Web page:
Saturday, February 9, 2013

Trestle's Engines Lack Steam

By James E. Trainor III
Photos by Elisabeth Ross

Brad Quinn as Chas and Logan Natvig as Dalton.
Iowa City - Dalton Chance has been flirting with Pace Cregan. Or maybe he's just been flirting with death. Pace isn't the kind of girl you bring home to mother. She spits, she swears, she talks of disturbing topics. And she's had Dalton down by the train tracks rehearsing for a date with destiny that will change him forever.

The Trestle at Pope Lick Creek is Naomi Wallace's Depression-era tale of two teens and their struggle to assert some sort of identity in a hopeless world. At the same time, it explores the effects of economic downturn on the older characters. Dreamwell's production, directed by Chuck Dufano, opened at the Universalist Unitarian Society this weekend.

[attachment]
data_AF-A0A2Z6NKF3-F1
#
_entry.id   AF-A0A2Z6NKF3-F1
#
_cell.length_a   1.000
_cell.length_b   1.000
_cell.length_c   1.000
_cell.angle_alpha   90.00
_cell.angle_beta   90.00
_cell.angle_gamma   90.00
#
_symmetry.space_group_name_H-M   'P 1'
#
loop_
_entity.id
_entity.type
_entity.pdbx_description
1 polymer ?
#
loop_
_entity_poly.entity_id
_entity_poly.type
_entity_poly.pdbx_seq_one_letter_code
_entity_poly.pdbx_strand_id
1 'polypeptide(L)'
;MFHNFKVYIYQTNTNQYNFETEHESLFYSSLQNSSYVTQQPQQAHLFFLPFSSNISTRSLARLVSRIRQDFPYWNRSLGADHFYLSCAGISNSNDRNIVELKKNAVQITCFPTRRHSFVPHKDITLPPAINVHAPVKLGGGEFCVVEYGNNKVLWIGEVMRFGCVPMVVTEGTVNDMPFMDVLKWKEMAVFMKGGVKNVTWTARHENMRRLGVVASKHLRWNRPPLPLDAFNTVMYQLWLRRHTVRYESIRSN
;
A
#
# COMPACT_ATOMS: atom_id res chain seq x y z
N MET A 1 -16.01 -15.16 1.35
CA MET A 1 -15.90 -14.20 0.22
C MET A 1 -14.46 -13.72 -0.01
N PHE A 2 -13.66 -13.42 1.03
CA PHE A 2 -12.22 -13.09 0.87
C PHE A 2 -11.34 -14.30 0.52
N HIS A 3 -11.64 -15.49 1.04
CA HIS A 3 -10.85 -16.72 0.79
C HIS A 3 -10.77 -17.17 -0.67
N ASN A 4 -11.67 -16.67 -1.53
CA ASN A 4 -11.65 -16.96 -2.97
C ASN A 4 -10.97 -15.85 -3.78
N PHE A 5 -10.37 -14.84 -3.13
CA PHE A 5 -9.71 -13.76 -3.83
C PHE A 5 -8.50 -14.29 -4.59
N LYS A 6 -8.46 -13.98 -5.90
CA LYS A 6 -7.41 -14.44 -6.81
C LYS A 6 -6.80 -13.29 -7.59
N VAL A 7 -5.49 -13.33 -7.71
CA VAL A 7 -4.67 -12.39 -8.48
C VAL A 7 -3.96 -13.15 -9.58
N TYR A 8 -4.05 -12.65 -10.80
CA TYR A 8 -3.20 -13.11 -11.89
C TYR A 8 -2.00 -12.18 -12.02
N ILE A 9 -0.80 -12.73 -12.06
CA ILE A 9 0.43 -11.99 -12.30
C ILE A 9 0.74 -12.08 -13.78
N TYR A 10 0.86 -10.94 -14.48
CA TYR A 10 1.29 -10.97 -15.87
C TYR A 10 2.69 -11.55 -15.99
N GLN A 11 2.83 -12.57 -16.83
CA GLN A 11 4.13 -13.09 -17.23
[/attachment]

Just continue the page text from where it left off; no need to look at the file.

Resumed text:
As the plot, which is somewhat nonlinear, develops, we learn that Dalton (Logan Natvig) is accused of killing Pace (Adeara-Jean Maurice). We learn that Chas (Brad Quinn), Dalton's jailer, had a son who had been captivated -- and killed -- by Pace's obsessions with the train that crosses the trestle at Pope Lick Creek. Pace was training Dalton to run the train. She was also teaching him about love, and how being human means coming to terms with the urgent need to see and be seen by others. As Pace's bizarre story unfolds, Dalton opens up about her philosophy that shattered his world, and how he can never be put back together the same way again.

It's a play of shadows and mirrors, and the story of Dalton's parents, Gin (Meg Dobbs) and Dray (Steven Polchert) mirrors his own. They were once teenagers in love in the same dead-end town, with the same desperation to overcome inertia and become something completely different. But Dray has been laid off and Gin will be any day now, and they're turning out to be nothing but empty. Gin wants to save their relationship, but Dray is completely broken. The subplot showcases Wallace's unabashedly socialist politics and, at the same time, gives us an idea of where Dalton and Pace might have gone.